The Athens City School board unanimously approved a mask mandate for students and teachers in the classroom.
However, several parents at tonight's meeting weren't happy with the decision. The majority of people at Monday night's school board meeting said they were against a mask mandate because they believe it should be their choice on whether or not their kids wear a mask.
"I sent a kindergartener to school last year with masks. This is all she knows. Fool me once, shame on you. Fool me twice, shame on me, and I won't be fooled again," Laura Leigh Prater said.
She is a mother of three at Athens City Schools. She says she was given a false hope when she was told masks would not be required at orientation last week. She believes it should be up to the parent to decide whether their kids should mask up.
"I do not want to take anybody's right away to wear a mask. This is America! You wear whatever you want to," Prater said.
However, other parents believed the mask mandate is necessary with COVID cases on the rise across North Alabama and in Limestone County.
"If we bring them back to the classroom without masks at the height of this, disaster is inevitable. COVID will spread so rapidly among them that schools will be shut down in a matter of weeks," Dr. Samantha Ross said.
People in the crowd yelled their objections. One physician who spoke asked parents to think of the potential impact their kids could have on their family.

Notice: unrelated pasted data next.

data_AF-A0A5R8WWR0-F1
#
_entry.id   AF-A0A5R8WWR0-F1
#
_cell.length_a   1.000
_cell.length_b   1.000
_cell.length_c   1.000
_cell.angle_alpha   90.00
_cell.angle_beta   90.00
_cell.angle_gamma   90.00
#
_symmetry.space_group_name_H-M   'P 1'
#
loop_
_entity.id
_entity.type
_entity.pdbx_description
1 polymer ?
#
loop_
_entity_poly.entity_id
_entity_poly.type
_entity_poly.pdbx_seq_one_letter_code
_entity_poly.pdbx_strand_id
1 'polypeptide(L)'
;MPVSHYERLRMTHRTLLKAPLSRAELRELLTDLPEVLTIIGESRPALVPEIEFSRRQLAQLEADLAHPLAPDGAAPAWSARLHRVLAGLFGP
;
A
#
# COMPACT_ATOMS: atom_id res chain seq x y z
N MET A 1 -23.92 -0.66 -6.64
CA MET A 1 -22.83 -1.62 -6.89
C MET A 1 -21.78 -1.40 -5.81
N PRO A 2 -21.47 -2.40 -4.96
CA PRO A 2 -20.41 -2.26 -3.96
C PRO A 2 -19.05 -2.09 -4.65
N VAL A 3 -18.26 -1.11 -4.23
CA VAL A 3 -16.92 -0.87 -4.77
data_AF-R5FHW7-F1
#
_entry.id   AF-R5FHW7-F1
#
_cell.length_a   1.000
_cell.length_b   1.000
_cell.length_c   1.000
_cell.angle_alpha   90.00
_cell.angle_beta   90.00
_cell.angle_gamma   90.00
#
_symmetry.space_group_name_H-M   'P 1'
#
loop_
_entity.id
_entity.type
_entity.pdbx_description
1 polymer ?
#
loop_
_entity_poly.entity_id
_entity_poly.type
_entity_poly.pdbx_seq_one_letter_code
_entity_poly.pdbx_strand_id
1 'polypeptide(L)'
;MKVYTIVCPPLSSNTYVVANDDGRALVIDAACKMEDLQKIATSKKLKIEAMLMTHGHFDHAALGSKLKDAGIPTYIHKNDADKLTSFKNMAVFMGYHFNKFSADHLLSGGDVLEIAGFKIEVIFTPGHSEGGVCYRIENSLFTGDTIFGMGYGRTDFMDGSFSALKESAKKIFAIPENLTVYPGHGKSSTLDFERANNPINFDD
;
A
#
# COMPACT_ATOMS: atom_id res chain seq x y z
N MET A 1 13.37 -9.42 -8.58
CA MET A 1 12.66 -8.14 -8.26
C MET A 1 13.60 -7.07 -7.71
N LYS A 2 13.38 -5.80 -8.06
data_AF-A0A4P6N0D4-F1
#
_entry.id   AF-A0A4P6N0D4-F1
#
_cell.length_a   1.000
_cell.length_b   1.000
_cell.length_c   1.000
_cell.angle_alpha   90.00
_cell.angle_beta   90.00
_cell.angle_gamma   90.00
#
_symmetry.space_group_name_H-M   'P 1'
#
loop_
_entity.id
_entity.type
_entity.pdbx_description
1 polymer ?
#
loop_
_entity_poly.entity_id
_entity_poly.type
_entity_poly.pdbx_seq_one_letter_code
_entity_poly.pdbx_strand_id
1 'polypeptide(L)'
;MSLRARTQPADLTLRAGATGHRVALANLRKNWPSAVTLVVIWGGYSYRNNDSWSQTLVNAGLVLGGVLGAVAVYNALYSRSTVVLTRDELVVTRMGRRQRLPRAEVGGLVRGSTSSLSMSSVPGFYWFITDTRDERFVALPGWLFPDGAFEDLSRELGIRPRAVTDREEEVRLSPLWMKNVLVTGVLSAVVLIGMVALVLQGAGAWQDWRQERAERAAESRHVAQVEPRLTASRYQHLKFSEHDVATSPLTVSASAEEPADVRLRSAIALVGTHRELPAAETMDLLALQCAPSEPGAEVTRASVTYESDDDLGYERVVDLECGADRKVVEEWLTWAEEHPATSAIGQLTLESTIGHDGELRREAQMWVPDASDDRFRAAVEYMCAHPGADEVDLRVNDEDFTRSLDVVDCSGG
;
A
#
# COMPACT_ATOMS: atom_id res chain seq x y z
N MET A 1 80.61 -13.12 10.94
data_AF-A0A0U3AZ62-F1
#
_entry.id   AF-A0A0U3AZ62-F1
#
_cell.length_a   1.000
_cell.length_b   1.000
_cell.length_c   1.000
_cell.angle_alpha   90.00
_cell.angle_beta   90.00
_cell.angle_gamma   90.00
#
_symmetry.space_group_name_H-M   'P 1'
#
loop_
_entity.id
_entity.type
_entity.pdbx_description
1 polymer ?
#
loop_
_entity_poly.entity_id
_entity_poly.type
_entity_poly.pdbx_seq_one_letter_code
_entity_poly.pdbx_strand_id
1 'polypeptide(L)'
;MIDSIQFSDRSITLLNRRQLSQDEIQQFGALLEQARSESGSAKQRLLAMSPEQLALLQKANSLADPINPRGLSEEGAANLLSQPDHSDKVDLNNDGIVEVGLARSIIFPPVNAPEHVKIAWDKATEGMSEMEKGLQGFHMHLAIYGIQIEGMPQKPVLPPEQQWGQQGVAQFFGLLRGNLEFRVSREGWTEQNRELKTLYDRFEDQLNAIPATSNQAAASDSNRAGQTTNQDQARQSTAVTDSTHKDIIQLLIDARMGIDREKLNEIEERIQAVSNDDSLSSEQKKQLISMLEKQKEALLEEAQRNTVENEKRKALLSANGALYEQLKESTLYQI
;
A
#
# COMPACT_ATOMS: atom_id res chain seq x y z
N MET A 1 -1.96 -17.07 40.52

"Are you important to your child? Because if your child gets it in school and brings it to you and you're unvaccinated and you come see me in the hospital and you pass away. Are you important to your child?" Dr. Matt Hanserd said.
He asked parents opposed to the mandate to look at the bigger picture.
"You're right! COVID is not going away. It's about using the measures to help in the short term," Dr. Hanserd said.
However, parents still say it should not be up to the Athens City School board.
"Five people should not be deciding the health from all of our children. You are here to make sure they get an education. I'm the parent. I'm in charge of their health," Prater said.
After the board approved the mandate, Prater told WAAY 31 she hated the decision, but was glad to be able to voice the opinions of some of the parents and teachers in the community
"Their minds were already made up tonight, but I'm grateful I got to say my peace," Prater said.
The mask mandate officially goes into effect Tuesday, but the first day of school is Wednesday.